In Wine, Beware of Rare
by Clive Irving
One of the most deceptive terms used for a wine is "rare." You can usually find the word being deployed at two extremes: the expensive and the affordable. One of the world's greatest wines, Romanée-Conti, is rare because its vineyard is less than four and a half acres in size and produces only about 450 cases of unequaled pinot noir a year. A bottle of the 2005 vintage could set you back a cool $9,500. To die for, literally: One sip and you've gone to heaven.
At the cheap end, you can find wines that are rare not because of small acreage but simply because few people know of them. But beware the kind of hype you find--for example--on an airline wine list with this kind of language: "The Pecksniff family has been cultivating this small vineyard in Amador County for six generations, producing a Zinfandel rich in mineral power, a real find." Translated, that means the wine buyer has been able to get 400 cases at a bargain price.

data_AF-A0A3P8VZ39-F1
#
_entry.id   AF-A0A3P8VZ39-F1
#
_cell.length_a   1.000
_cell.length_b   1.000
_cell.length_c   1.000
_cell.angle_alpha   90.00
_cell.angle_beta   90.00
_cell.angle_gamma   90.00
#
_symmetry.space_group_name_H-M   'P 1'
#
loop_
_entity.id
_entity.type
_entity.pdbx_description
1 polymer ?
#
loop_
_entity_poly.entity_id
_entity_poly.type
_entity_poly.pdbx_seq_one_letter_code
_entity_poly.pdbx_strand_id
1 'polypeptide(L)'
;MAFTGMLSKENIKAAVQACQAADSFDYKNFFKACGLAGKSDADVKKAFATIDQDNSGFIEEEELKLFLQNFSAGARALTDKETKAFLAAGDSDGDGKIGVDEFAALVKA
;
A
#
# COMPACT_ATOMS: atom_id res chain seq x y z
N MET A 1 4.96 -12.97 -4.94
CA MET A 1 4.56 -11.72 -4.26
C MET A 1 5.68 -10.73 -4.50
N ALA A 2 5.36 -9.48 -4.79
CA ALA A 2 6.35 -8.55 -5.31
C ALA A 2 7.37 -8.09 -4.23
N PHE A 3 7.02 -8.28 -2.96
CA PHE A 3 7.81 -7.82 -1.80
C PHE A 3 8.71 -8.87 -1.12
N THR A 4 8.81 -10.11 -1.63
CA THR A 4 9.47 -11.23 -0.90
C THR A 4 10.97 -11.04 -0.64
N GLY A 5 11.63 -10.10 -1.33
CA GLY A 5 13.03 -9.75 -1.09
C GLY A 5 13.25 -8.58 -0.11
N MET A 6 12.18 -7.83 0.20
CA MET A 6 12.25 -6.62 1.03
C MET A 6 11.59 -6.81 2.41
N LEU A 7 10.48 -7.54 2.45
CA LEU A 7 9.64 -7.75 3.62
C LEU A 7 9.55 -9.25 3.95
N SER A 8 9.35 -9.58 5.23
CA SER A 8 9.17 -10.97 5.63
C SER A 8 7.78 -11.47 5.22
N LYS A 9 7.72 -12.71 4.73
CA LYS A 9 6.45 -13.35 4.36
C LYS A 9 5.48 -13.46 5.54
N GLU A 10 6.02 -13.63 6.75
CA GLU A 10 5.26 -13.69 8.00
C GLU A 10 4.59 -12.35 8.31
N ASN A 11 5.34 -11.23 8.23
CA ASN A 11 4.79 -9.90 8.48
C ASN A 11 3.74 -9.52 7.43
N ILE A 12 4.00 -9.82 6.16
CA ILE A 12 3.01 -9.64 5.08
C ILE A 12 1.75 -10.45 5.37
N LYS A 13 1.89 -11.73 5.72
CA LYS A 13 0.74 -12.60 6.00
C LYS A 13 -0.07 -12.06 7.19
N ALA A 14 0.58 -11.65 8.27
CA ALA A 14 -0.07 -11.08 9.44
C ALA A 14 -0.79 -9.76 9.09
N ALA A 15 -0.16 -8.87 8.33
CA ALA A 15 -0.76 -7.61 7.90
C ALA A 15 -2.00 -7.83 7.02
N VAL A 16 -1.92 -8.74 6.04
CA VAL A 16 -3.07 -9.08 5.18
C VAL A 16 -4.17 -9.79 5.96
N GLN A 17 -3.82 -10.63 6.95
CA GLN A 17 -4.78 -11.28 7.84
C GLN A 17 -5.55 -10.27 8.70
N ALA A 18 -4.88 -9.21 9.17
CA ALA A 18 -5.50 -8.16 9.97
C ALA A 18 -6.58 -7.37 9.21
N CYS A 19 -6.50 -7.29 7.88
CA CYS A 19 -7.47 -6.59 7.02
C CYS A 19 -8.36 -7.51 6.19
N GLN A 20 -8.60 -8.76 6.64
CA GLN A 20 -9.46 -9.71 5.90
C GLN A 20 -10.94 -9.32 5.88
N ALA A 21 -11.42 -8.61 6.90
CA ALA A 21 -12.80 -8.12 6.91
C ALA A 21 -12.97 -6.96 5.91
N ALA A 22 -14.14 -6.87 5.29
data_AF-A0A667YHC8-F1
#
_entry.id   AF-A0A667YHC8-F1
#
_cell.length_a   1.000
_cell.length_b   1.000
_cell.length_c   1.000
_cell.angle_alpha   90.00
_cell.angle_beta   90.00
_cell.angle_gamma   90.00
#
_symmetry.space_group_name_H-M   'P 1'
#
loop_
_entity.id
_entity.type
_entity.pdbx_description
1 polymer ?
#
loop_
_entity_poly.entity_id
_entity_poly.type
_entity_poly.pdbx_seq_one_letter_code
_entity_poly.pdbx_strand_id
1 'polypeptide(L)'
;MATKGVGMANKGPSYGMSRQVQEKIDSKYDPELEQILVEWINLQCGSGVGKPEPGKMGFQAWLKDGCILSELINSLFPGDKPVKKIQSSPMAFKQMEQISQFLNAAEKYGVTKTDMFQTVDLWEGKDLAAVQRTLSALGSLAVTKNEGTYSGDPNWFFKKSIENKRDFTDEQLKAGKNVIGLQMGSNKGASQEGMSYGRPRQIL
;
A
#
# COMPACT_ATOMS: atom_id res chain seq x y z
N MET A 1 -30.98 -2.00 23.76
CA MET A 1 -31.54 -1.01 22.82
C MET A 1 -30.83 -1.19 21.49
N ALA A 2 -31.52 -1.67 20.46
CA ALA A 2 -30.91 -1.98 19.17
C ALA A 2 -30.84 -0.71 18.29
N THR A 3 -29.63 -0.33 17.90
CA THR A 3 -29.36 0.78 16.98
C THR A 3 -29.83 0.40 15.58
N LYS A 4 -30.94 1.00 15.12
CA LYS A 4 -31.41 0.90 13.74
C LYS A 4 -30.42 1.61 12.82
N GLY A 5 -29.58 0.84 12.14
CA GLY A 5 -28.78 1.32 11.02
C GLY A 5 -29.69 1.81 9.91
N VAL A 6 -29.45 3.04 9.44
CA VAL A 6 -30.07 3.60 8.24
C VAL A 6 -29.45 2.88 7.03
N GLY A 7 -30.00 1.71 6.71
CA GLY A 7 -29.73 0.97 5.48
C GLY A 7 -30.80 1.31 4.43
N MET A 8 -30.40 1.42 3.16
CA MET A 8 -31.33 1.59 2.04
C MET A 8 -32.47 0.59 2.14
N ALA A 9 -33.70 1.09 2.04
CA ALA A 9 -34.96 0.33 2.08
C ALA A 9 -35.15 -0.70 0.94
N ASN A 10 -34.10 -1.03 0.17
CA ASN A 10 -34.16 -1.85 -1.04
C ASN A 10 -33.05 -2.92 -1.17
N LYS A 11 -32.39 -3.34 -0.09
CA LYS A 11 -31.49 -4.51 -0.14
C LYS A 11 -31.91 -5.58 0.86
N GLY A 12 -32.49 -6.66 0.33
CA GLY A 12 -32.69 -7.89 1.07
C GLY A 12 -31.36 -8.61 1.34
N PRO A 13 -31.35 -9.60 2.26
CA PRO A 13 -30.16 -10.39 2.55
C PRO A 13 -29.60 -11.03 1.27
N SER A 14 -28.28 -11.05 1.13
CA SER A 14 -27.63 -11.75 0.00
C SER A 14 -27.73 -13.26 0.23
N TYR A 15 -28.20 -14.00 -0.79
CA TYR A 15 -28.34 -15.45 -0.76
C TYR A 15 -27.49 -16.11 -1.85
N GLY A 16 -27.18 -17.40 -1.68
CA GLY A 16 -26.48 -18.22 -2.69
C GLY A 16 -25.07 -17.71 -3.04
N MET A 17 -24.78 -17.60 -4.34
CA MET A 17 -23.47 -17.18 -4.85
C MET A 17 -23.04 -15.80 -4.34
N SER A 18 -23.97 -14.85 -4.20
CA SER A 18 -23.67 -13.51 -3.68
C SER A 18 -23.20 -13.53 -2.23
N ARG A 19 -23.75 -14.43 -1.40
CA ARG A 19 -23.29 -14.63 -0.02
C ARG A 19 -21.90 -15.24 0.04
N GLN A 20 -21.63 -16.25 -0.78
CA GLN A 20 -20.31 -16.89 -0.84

It is heartening to find a wine that is still relatively under the radar and yet notably full of local character. The Campo de Borja region in northeastern Spain was given an official denomination in 1980, but nobody noticed until recently. The Global Gourmet enjoyed a bottle of the 2005 vintage with the Tres Picos label last year in Valencia. Recently, he introduced the 2007 vintage at two small gatherings in the offices of Condé Nast Traveler, to much acclaim. One sign that the wine maker is serious about the condition of his product is the weight of the bottle itself: It has the heft of a gold-plated Burgundy's bottle, despite what this must add to the shipping costs. The deep, dark wine is an astonishingly deft mingling of fruit, spice, and tannins that delivers the finest qualities of the grape, Garnacha (otherwise known as Grenache). Even better is the price: between $14 and $16 a bottle. For the 2007 Borsao Tres Picos Garnacha Campo de Borja, see klwines.com.